rasses.

ber, the Arab and the European, even in Africa, says that, in 1853 he joined the red Indian, use him as a slave, an expedition undertaken by the Sheik Nay, in his own native land, more than of Cuca, in the kingdom of Bornu, one-half of all men are slaves—the against the people of Musgo. The slaves of their brethren!

army consisted of 20,000 horsemen and The slave-trade, carried on by many 15,000 drivers of camels and horned a nation of European descent, ever since cattle. The Musgoes, not able to rethe fifteenth century, and, even now, sist such numbers, fled with their flocks far from being extinct, is a horror and to the opposite side of Lake Tubori, a sin, for which man will yet have to and sought refuge in swamps and momake fearful amends. But, in spite of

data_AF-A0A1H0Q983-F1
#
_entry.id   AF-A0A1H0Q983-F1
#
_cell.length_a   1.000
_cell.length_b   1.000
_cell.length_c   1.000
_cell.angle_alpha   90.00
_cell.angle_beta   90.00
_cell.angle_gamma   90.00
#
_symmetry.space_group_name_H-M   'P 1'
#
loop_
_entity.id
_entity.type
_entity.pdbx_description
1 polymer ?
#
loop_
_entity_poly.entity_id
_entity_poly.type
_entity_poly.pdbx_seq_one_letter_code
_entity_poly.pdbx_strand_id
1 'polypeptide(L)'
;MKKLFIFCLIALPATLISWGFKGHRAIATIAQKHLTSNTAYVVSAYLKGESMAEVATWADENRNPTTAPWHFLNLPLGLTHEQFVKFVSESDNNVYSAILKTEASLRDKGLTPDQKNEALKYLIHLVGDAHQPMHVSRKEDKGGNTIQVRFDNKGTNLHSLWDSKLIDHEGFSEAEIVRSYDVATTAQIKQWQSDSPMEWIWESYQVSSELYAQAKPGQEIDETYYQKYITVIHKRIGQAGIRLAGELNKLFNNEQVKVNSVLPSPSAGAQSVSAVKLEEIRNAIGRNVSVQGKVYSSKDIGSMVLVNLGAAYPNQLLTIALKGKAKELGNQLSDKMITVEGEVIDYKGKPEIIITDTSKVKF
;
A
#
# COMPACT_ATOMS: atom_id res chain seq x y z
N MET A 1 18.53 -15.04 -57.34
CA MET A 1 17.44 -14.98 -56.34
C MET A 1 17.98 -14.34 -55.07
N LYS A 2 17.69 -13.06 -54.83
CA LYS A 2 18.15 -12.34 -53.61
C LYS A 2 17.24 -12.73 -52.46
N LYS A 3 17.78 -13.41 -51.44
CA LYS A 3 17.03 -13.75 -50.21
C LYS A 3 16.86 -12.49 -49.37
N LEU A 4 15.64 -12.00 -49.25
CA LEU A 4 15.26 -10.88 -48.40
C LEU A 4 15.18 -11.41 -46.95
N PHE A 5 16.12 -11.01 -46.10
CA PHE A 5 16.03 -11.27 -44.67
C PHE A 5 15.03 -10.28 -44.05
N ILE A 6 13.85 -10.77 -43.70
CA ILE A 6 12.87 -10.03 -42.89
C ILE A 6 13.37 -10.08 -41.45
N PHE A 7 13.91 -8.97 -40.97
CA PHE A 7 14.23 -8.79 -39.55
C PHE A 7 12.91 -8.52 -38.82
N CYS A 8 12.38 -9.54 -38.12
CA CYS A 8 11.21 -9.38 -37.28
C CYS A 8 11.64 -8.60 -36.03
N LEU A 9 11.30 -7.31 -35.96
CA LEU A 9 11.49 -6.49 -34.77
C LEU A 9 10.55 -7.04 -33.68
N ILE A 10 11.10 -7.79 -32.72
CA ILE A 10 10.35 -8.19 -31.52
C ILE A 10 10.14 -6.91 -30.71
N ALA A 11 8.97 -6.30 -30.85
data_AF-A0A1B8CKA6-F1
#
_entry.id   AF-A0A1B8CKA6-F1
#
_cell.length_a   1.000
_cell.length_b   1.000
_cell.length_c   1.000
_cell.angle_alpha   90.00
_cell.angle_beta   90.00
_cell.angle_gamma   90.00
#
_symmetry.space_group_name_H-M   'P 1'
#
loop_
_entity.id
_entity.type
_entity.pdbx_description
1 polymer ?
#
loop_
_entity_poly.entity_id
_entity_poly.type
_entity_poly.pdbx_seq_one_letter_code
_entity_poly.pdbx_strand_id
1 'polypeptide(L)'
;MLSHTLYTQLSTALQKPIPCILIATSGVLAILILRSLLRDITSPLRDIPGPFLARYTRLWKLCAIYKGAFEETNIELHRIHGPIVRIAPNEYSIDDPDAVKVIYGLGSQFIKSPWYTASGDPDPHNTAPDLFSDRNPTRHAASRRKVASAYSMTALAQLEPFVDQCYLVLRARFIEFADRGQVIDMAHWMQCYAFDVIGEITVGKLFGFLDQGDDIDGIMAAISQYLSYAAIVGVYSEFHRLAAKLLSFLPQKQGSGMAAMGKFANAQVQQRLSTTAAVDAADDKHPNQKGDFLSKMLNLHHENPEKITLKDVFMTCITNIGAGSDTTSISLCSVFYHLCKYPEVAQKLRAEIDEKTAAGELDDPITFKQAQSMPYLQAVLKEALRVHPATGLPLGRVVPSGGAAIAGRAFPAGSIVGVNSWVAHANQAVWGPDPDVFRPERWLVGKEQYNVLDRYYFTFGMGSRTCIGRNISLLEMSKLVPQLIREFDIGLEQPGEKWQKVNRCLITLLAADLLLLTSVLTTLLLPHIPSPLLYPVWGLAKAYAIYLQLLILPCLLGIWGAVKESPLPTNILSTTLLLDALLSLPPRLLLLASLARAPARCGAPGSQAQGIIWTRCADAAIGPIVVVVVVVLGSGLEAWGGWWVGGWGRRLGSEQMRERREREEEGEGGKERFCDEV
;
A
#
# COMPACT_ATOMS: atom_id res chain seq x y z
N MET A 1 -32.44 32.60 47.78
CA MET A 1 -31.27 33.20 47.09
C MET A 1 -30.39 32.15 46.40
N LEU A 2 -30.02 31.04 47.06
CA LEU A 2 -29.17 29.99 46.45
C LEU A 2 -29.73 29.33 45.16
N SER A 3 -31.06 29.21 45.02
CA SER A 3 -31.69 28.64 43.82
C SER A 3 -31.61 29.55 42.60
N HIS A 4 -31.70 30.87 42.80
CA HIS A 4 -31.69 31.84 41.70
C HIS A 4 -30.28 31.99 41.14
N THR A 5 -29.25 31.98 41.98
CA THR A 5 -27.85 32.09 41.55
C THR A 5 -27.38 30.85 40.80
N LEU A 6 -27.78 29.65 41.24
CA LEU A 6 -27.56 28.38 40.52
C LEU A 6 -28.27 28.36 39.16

But the horsemen of the Gerwhat is commonly said of the pious man's ally found their way among .but ill-advised Las Casas, Europeans them, and, when the army returned, neither created nor first carried on the they brought with them several thouabominable traffic. As late only as sand captives. They were all women 1442, a Portuguese admiral brought the and children! The men had been slain, first African negroes to Europe, pro and a few only were dragged into tho fessedly to teach them Christianity, but, camp, there to be murdered in the most in truth, to make them slaves. Long brutal and shocking manner. Burning years afterwards, when the poor Indians and plundering all in their way, the of this continent had toiled and died in army then moved to the river Sharee, the service of their cruel master, Sir and here, in a few hours, made 2,500 John Hawkins brought the first cargo more captives. With dull, hacked of three hundred Jamaica-men to Hay- knives, they cut off one knee and one ti, which in later days gave birth to a elbow of each prisoner, and then left Toussaint L'Ouverture and his bloody their ill-fated victims to bleed slowly to revenge. But, long ages before these death on the field of battle. Others reearly transactions, in fact, as long as mained lying naked in the water; the history speaks and traditions are known, nights were bitter cold, and of 4,000 slavery and the trade in slaves had al- prisoners, made during the whole expeready existed in the land of darkness. dition, not quite 500 reached the home Only, when the demand for “black of their new masters! goods" became, of a sudden, much Thus we learn that human life is, in larger on the coast, it increased in pro our day, as much less regarded in portion. From that time onward," the Africa as it is less valuable now than in kings of the interior found it no longer former days, when it could be sold to so profitable to murder and eat their the bighest bidder, in the ever open captives as they had done heretofore; markets of Guinea. It lacks there that they preferred now to sell them. A protection of selfish interest which instriking evidence of this change in their duces even the unfeeling, owner to policy is found in the simple but well "husband his property," if he does not authenticated fact, that since the British respect his fellow-being. Dr. Barth also and American squadrons have prevent- found former slaves, who had returned, ed the horrible trade in a manner, mur from Brazil especially, to the home of der and wholesale butchery have re their childhood : they shuddered at the sumed their bloody sway in the more sights of barbarism and bloodshed that distant regions. Formerly all prisoners met their eye everywhere, and actually of war, even from eastern Soudan, sighed for the land of their captivity. were sent to the coast of Guinea, and If we follow these intrepid travelers there sold for exportation to Brazil or into the heart of the negro realms, to Cuba. Since both these lands have and visit, with them, the kingdoms of found a cheaper ware, and a Ashantee, Dahomy, and Yarriba, or * moral' trade in Chinese coolies, the the mysterious land called Benin, we captives of Bornu, Cashena, and Cano shall no longer wonder that even the are no longer seen on the western ill-treated slave should forget his suffercoasts. Still, there is no more peace, ings, and feel horror at the state of nor more mercy among the wild tribes his native country. The most minute of the interior; war rages there, now and the most careful researches have, as before, in barbarous fury. What, as yet, failed to discover a history or then, is the fate of the captive of our any knowledge of ancient times among day? A German traveler, Vogel, now the negro races. They have invented